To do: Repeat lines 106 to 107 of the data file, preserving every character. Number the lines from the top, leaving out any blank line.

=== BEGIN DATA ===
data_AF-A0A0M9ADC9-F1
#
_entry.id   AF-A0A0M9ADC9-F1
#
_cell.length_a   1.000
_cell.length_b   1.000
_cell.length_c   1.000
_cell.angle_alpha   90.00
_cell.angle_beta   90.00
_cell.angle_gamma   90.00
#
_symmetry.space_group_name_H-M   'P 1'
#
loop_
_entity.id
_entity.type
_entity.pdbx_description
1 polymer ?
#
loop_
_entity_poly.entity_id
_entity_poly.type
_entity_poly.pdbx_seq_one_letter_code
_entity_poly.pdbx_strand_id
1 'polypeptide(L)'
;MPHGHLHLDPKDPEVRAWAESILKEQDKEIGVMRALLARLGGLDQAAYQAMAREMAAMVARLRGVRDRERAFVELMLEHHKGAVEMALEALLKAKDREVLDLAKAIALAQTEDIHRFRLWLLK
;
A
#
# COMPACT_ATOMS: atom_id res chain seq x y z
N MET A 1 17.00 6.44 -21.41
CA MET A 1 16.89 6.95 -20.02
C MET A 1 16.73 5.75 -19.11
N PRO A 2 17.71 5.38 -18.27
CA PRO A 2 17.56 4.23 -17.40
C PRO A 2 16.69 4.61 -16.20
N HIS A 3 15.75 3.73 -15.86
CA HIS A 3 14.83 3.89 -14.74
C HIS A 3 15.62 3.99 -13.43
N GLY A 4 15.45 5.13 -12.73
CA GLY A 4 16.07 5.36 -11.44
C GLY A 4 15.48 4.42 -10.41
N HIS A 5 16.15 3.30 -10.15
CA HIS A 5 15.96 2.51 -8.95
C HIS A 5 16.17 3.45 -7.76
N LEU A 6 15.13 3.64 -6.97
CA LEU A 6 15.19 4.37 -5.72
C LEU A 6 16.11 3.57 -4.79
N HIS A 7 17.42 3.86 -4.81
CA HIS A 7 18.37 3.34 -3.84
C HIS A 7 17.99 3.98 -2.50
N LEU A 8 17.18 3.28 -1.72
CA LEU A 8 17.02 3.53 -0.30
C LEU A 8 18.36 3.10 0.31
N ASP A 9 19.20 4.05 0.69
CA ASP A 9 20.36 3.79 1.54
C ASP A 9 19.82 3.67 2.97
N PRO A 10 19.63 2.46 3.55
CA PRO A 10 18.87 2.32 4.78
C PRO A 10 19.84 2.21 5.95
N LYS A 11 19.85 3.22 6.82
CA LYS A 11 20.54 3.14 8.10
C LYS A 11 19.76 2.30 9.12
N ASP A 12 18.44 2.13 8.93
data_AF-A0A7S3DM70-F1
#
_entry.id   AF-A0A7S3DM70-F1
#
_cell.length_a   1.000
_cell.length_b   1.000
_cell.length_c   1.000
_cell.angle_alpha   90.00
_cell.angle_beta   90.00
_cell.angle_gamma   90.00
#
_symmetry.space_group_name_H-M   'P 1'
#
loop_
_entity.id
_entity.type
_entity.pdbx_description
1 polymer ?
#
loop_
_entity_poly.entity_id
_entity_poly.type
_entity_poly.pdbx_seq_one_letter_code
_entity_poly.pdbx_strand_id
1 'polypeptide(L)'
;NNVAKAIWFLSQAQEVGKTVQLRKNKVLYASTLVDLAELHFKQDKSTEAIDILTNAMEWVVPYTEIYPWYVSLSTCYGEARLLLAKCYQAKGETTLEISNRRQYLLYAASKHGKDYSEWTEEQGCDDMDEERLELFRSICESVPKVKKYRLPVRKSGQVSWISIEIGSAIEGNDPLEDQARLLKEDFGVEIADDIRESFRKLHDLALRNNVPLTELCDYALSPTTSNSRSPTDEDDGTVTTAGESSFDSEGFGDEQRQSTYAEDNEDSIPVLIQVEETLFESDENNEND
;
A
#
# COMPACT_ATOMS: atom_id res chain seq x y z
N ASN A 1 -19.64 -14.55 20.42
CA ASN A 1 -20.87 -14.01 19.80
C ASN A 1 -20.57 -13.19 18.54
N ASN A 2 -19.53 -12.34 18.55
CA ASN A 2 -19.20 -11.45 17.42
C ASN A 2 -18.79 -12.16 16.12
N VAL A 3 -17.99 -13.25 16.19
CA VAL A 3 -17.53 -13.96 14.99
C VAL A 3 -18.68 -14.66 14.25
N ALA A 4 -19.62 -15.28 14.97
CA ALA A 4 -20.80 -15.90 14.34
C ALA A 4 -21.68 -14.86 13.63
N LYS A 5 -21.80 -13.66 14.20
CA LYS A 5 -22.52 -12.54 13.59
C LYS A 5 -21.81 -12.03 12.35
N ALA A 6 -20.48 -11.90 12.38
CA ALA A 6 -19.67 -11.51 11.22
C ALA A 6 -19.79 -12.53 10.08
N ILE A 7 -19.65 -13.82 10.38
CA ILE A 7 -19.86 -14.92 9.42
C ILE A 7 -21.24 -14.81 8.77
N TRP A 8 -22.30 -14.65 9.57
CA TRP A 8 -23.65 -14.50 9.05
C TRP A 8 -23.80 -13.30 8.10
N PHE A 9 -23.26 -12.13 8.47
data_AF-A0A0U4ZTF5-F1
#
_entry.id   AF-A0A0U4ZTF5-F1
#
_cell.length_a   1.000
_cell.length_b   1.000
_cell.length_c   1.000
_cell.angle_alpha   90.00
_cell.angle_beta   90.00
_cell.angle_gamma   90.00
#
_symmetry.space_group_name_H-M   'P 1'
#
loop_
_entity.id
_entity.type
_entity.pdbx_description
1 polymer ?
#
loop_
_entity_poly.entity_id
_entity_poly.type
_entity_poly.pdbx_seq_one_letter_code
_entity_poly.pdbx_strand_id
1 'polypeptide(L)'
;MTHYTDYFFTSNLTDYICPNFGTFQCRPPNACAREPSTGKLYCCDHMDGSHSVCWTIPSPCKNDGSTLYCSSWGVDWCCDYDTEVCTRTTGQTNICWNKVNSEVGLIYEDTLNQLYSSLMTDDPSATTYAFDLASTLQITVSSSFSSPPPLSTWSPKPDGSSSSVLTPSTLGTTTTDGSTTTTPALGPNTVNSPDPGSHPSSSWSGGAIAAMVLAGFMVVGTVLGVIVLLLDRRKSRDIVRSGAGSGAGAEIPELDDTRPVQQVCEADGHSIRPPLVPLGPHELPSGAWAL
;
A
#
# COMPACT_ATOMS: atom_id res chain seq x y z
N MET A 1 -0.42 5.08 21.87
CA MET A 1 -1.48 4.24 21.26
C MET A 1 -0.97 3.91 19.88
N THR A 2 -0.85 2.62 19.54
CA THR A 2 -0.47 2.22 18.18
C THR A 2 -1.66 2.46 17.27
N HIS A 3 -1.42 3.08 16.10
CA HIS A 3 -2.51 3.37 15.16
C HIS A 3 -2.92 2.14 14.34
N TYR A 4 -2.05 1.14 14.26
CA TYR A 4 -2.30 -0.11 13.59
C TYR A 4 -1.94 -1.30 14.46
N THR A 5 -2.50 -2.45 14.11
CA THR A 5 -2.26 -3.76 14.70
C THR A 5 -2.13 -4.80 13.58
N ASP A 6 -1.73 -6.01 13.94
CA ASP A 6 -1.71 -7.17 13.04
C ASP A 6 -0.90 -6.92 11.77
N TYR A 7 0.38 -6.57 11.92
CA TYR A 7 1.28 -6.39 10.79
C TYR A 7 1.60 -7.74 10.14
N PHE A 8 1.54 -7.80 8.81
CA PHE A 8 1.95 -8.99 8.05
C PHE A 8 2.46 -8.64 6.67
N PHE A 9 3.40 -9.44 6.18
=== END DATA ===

C ALA A 4 -21.68 -14.86 13.63
N LYS A 5 -21.80 -13.66 14.20